The Mesoproterozoic interval, postdating the Great Oxidation Event, is considered to be an interval of relative stasis in terms of global tectonics, climate states, and marine geochemical conditions, particularly with regard to the low variance of carbon isotopes.
As a result, this interval is referred to as the "boring billion", although the biosphere changed considerably during this time with the evolution of red and green algae, fungi, and calcifying cyanobacteria. In addition, stromatolite abundance and diversity in the oceans more than doubled in the Mesoproterozoic. The "boring billion" may be, in fact, not "boring".
Recently, researchers led by Prof. CHEN Jitao from the Nanjing Institute of Geology and Palaeontology of the Chinese Academy of Sciences (NIGPAS) and their U.S. colleagues have been working on the well-preserved Mesoproterozoic strata of the Helan Mountains in the western margin of the North China Block (NCB).
The researchers reconstructed the depositional history of a coarse redbed succession, analyzed a diverse suite of carbonate facies including remarkably well preserved stromatolitic assemblages, and provided carbon and oxygen isotopic profiles for these strata.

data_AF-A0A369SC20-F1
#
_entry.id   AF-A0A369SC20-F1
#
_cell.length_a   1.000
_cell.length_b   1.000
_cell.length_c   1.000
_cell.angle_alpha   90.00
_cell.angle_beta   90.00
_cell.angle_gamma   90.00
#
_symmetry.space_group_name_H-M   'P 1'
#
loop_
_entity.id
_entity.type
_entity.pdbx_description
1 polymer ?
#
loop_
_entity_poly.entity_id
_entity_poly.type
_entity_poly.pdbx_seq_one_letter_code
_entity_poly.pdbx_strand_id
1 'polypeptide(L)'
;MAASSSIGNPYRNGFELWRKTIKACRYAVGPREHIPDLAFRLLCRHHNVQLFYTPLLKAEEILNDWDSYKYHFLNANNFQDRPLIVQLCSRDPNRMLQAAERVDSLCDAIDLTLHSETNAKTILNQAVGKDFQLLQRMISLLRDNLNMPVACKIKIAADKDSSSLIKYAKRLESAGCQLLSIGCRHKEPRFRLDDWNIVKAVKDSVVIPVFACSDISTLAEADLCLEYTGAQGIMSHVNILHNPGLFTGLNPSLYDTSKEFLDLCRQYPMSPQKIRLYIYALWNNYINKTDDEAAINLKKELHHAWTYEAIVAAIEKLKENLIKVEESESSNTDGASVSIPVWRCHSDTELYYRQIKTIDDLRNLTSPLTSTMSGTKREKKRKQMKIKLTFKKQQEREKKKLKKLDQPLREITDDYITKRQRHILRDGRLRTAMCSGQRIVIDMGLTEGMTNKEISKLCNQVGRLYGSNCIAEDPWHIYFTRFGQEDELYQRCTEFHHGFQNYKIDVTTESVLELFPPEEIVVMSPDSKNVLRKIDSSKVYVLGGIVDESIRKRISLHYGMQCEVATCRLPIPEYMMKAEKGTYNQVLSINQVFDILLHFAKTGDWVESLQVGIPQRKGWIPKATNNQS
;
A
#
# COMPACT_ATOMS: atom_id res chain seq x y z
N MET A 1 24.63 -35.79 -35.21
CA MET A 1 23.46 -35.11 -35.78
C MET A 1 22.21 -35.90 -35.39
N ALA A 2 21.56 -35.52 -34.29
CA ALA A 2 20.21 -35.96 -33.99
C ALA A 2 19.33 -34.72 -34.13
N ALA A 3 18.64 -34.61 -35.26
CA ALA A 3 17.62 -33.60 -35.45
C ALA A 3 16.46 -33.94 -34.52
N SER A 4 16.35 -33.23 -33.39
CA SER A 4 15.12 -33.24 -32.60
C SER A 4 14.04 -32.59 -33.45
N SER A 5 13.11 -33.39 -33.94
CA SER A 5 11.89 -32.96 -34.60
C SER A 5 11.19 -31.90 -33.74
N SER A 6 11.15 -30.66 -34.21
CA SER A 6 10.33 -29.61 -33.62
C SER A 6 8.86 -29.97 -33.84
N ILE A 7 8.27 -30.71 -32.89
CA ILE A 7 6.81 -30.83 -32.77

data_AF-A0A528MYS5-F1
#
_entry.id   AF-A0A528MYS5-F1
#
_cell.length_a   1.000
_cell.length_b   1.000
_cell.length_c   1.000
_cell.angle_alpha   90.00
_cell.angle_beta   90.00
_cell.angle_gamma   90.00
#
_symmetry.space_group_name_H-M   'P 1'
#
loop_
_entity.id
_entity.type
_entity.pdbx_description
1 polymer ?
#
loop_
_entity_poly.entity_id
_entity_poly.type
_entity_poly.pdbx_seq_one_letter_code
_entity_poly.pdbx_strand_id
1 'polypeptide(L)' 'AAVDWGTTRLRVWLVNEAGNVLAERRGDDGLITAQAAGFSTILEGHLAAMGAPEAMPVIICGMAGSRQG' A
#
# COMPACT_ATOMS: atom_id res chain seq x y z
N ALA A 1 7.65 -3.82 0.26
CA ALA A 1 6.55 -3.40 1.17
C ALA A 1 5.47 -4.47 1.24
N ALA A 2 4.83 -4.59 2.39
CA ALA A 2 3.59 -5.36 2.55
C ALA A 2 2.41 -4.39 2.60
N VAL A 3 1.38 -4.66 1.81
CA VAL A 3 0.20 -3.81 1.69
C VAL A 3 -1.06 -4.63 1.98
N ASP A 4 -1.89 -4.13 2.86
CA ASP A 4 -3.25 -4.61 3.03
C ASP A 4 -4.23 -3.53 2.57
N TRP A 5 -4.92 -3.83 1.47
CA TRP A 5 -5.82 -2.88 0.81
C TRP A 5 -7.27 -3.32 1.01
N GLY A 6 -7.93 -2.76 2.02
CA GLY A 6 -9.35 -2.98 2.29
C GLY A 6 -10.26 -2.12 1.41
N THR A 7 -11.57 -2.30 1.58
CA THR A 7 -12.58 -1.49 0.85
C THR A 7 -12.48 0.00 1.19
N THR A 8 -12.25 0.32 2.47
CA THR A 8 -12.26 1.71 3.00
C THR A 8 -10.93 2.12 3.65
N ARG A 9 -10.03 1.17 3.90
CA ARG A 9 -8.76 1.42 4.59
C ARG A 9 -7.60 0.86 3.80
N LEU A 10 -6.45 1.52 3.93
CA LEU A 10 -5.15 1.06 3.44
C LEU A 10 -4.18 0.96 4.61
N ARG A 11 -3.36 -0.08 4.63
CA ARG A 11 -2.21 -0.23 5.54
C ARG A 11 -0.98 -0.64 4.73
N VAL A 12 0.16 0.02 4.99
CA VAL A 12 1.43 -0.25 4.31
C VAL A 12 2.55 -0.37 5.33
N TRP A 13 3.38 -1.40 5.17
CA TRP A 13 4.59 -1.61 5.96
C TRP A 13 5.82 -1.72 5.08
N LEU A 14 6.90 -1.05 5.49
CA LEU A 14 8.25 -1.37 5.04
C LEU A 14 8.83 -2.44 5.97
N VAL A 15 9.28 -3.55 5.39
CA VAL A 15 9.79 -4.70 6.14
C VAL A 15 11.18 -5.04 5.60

They also presented the first recovery of trilobites from Cambrian strata at this site demonstrating the very specific age of the overlying strata, and provided detrital zircon geochronological data for a suite of samples collected from Paleoproterozoic basement, Mesoproterozoic strata, and overlying Cambrian rocks.
The study suggested that the significant spatial distribution of approximately age-equivalent strata of the Mesoproterozoic Wangquankou carbonate in the NCB were most likely deposited on stable carbonate platform, rather than in an aulacogen.
Carbonate carbon isotopes and detrital zircon ages provide a maximum depositional age of ~1610 Ma and prior to 1000-1200 Ma for the Wangquankou Formation.
Detrital zircon geochronologic data also showed a consistent provenance throughout the Mesoproterozoic section, and for both Middle Cambrian and Middle Ordovician strata, which could suggest a remarkable paucity of major igneous events in this western part of the NCB over a considerable time span (approximately 1000 Ma).
The work provides fundamental basis for future studies on diverse stromatolites and biogeochemistry of the Mesoproterozoic.
The study, published in Precambrian Research, was supported by the Strategic Priority Research Program of Chinese Academy of Sciences and the National Natural Science Foundation of China, National Aeronautics and Space Administration, and National Science Foundation.
Diverse Mesoproterozoic stromatolites of the Wangquankou Formation (Image by NIGPAS)
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